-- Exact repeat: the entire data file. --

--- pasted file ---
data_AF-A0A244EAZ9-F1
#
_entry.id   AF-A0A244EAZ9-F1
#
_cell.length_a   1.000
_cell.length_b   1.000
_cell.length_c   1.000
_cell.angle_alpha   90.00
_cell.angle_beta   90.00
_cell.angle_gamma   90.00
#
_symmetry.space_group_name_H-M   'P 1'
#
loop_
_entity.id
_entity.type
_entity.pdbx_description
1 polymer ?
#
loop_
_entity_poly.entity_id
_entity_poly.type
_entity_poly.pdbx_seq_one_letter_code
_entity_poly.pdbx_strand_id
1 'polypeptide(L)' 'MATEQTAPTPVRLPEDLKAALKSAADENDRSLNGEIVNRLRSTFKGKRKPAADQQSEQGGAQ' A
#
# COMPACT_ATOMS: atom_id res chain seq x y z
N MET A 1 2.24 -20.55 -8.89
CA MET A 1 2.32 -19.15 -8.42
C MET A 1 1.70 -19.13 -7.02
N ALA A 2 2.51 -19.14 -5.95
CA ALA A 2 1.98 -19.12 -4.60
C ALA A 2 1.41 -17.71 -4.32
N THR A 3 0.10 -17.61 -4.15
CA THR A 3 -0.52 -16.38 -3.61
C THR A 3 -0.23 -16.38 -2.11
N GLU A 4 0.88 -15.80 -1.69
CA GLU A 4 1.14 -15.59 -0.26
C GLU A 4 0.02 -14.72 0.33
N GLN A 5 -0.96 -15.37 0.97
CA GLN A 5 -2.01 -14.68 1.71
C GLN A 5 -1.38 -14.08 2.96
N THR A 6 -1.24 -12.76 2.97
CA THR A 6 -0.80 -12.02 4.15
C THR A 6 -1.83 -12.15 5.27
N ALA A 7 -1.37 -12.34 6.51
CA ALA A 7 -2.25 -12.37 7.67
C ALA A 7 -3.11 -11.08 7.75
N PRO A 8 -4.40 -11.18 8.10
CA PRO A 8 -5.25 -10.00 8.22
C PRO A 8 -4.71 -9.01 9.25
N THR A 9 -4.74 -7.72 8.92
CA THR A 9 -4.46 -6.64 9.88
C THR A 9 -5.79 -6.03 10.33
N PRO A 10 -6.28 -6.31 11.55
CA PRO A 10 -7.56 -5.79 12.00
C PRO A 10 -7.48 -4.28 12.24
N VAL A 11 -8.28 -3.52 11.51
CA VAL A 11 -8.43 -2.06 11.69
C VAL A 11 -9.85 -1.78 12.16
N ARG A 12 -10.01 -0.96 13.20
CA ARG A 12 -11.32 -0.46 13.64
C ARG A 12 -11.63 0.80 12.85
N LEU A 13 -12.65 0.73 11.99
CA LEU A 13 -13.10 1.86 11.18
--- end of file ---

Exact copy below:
data_AF-A0A244EAZ9-F1
#
_entry.id   AF-A0A244EAZ9-F1
#
_cell.length_a   1.000
_cell.length_b   1.000
_cell.length_c   1.000
_cell.angle_alpha   90.00
_cell.angle_beta   90.00
_cell.angle_gamma   90.00
#
_symmetry.space_group_name_H-M   'P 1'
#
loop_
_entity.id
_entity.type
_entity.pdbx_description
1 polymer ?
#
loop_
_entity_poly.entity_id
_entity_poly.type
_entity_poly.pdbx_seq_one_letter_code
_entity_poly.pdbx_strand_id
1 'polypeptide(L)' 'MATEQTAPTPVRLPEDLKAALKSAADENDRSLNGEIVNRLRSTFKGKRKPAADQQSEQGGAQ' A
#
# COMPACT_ATOMS: atom_id res chain seq x y z
N MET A 1 2.24 -20.55 -8.89
CA MET A 1 2.32 -19.15 -8.42
C MET A 1 1.70 -19.13 -7.02
N ALA A 2 2.51 -19.14 -5.95
CA ALA A 2 1.98 -19.12 -4.60
C ALA A 2 1.41 -17.71 -4.32
N THR A 3 0.10 -17.61 -4.15
CA THR A 3 -0.52 -16.38 -3.61
C THR A 3 -0.23 -16.38 -2.11
N GLU A 4 0.88 -15.80 -1.69
CA GLU A 4 1.14 -15.59 -0.26
C GLU A 4 0.02 -14.72 0.33
N GLN A 5 -0.96 -15.37 0.97
CA GLN A 5 -2.01 -14.68 1.71
C GLN A 5 -1.38 -14.08 2.96
N THR A 6 -1.24 -12.76 2.97
CA THR A 6 -0.80 -12.02 4.15
C THR A 6 -1.83 -12.15 5.27
N ALA A 7 -1.37 -12.34 6.51
CA ALA A 7 -2.25 -12.37 7.67
C ALA A 7 -3.11 -11.08 7.75
N PRO A 8 -4.40 -11.18 8.10
CA PRO A 8 -5.25 -10.00 8.22
C PRO A 8 -4.71 -9.01 9.25
N THR A 9 -4.74 -7.72 8.92
CA THR A 9 -4.46 -6.64 9.88
C THR A 9 -5.79 -6.03 10.33
N PRO A 10 -6.28 -6.31 11.55
CA PRO A 10 -7.56 -5.79 12.00
C PRO A 10 -7.48 -4.28 12.24
N VAL A 11 -8.28 -3.52 11.51
CA VAL A 11 -8.43 -2.06 11.69
C VAL A 11 -9.85 -1.78 12.16
N ARG A 12 -10.01 -0.96 13.20
CA ARG A 12 -11.32 -0.46 13.64
C ARG A 12 -11.63 0.80 12.85
N LEU A 13 -12.65 0.73 11.99
CA LEU A 13 -13.10 1.86 11.18